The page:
It was truly a dark and stormy night: Split Rock Lighthouse and the rocks on which it stands have been featured in more than one film. Perhaps the most dramatic scene is a final scene from “The Good Son” with two boys hanging from the cliff (as seen in this image of a Excerpt from the film Fandago). But that wasn’t the movie the Split Rock Lighthouse crew had in mind when they posted. this stormy night scene earlier this week with a challenge: “Make sure you catch our good side!” The Split Rock Lighthouse is one of the most photographed lighthouses in the country, so it’s no surprise to us that we end up in all sorts of places. Does anyone have any idea what movie this stormy scene is from? Good luck, old sports!” Several people found “old sport” enough of a clue to identify “The Great Gatsby,” the 2013 version starring Leonardo DiCaprio in the lead role. Duluth Columnist Jim Heffernan reminded us in his blog that year that F. Scott Fitzgerald indeed crossed the early life of the man who took the name Jay Gatsby with Duluth. “Once Fitzgerald begins to tell Gatsby’s story, we learn that he grew up in North Dakota poverty, the son of ‘jobless and unsuccessful farmers,'” Jim writes. “His name was James Gatz, and at age 17 he fled the Dakota farm to Lake Superior where he ‘loitered along the beach’ and met an eccentric boater, whom he saved from crashing his ship on the rocky shore. It was then that young Gatz imagined himself as the man who became Jay Gatsby. The yachtsman took him under his wing and “also took him to Duluth and bought him a blue coat, six white duck pants and a yachting cap,” before setting sail for “the West Indies and the Barbary Coast,” in Fitzgerald’s words.” This stormy photo is from an early scene in the film .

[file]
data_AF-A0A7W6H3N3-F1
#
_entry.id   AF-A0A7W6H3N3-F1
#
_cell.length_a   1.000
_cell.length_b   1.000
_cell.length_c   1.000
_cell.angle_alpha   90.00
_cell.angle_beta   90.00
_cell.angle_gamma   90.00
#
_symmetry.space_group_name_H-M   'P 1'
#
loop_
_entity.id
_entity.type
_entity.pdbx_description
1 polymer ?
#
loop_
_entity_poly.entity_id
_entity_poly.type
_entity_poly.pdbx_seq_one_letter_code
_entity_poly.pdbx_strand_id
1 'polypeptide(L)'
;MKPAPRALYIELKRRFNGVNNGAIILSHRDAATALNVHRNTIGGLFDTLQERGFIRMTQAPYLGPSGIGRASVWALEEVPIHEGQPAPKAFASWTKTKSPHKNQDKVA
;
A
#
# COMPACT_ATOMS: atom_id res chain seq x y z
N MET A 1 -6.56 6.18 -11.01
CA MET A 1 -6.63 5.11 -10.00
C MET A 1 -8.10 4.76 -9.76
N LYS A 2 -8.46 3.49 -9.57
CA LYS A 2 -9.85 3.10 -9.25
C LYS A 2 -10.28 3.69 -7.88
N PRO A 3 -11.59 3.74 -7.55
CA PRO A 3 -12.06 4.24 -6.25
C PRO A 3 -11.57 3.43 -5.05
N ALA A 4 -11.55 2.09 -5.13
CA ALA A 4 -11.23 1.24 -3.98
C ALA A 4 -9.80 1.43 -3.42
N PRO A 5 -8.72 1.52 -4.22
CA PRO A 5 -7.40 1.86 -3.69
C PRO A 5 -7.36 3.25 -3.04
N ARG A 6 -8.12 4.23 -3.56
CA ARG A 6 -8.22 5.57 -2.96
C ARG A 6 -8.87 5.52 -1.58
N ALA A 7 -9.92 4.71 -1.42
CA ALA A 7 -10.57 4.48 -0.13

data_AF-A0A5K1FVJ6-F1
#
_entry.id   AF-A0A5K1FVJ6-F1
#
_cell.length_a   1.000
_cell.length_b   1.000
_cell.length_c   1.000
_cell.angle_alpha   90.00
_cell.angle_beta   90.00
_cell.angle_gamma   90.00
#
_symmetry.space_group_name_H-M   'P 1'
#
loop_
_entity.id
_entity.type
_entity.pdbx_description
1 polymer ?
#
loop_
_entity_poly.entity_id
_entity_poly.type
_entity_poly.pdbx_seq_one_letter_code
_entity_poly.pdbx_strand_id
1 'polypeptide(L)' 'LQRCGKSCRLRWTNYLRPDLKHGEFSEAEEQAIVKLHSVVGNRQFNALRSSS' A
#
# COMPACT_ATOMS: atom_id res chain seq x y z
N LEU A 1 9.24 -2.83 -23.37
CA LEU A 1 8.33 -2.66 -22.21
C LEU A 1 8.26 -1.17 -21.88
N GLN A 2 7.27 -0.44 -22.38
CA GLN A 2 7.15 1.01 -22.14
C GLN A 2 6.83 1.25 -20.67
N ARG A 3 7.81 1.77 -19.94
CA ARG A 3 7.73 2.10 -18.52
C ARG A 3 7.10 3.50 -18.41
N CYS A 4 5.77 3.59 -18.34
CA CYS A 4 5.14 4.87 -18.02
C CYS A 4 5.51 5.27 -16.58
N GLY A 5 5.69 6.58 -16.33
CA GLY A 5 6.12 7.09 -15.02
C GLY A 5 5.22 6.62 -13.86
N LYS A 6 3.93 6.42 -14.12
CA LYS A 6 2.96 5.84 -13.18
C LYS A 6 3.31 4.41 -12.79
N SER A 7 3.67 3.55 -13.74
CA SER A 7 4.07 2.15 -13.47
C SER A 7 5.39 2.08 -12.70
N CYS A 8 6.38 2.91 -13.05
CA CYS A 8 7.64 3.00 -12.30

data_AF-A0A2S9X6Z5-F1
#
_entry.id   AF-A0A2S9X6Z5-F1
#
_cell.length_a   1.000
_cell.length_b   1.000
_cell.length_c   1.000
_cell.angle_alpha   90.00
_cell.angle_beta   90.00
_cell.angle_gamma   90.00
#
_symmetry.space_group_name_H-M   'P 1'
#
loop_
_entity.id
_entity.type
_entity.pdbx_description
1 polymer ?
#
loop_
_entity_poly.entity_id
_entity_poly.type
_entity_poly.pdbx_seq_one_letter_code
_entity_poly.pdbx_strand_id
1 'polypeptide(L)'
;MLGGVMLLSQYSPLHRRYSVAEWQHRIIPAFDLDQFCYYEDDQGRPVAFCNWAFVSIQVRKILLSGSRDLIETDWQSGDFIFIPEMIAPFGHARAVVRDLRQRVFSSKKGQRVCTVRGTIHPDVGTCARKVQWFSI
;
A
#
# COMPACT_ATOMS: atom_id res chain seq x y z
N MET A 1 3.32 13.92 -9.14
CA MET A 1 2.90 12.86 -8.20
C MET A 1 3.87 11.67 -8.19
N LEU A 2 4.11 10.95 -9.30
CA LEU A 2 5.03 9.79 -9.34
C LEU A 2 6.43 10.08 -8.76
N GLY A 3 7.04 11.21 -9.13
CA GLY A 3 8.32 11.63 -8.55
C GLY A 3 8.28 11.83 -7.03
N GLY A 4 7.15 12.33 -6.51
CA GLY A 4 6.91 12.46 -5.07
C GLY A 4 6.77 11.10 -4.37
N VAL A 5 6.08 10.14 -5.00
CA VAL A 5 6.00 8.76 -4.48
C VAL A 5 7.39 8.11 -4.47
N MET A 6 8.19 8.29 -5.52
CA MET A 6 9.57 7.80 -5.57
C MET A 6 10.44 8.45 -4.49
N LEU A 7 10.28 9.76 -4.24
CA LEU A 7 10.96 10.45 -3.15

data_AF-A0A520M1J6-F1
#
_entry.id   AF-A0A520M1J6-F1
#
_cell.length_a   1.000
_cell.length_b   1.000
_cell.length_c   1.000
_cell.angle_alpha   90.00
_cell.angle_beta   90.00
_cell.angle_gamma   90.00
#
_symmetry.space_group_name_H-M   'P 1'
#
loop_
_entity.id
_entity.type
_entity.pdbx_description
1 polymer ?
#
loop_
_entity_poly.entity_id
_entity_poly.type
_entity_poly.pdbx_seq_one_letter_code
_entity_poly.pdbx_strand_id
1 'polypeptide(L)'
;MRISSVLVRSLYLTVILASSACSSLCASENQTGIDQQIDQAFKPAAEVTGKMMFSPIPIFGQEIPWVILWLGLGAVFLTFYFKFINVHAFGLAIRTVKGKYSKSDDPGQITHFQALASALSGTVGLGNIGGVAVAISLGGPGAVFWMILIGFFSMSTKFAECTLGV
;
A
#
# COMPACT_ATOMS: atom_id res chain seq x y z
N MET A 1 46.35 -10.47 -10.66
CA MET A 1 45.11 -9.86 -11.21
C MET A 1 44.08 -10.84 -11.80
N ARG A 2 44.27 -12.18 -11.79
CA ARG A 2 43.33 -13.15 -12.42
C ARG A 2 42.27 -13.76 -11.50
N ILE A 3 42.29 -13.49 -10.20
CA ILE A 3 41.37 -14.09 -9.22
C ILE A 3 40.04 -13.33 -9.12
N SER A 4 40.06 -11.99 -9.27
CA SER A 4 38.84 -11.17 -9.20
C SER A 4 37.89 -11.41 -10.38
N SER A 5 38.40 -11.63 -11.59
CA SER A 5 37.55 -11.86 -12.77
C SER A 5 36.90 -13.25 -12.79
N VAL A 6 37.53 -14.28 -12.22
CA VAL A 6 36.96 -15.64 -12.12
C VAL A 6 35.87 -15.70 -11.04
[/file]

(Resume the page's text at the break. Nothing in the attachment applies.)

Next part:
This Just In… Michigan Tech Winter Carnival Winners snow sculpting contest have been announced. Hancock-based Phi Kappa Tau has won the month-long snow sculpting competition for the fourth consecutive year. The theme for this 100th year Michigan Tech Winter Carnival is “Come One, Come All to Our 100th Carnival” and the members of Phi Kappa Tau have turned it into their sculpture theme “100 Years They Come and Go, But Still We Say LET’S SNOW!” (Fans watch the complex entrance in this photo.) Second place overall went to Tau Kappa Epsilon’s “Carnival Fun Galore, a Tech Tradition We Adore” with “Come One, Come All!” ranking third. There are two categories of statues throughout the month. and a night (or a sleepless night) which are subdivided into mixed, women and men, more generally. There were a total of 12 entries in the month-long categories and a total of 24 in the sleepless nights. To see the full results and more photos online. This photo from 1936 shows an award-winning statue from that year, which was the first for the snow sculpting competition. The carnival began in 1922 with a one-night ice carnival that featured “circus-style acts, with students dressed in animal costumes”, the online story Remarks. You can also see a video with a recap of the 100 years.


Photo and graphic credits: David Schauer; Michel Hull; Rock of Ages Lighthouse Preservation Society; Lake Superior National Marine Conservation Area; National Park Service; Book across the bay; Split Rock/The Great Gatsby Lighthouse Historic Site (2013); Fandago Film Clip / The Good Son (1993); Evan Smith/Michigan Technological University; Michigan Tech Archive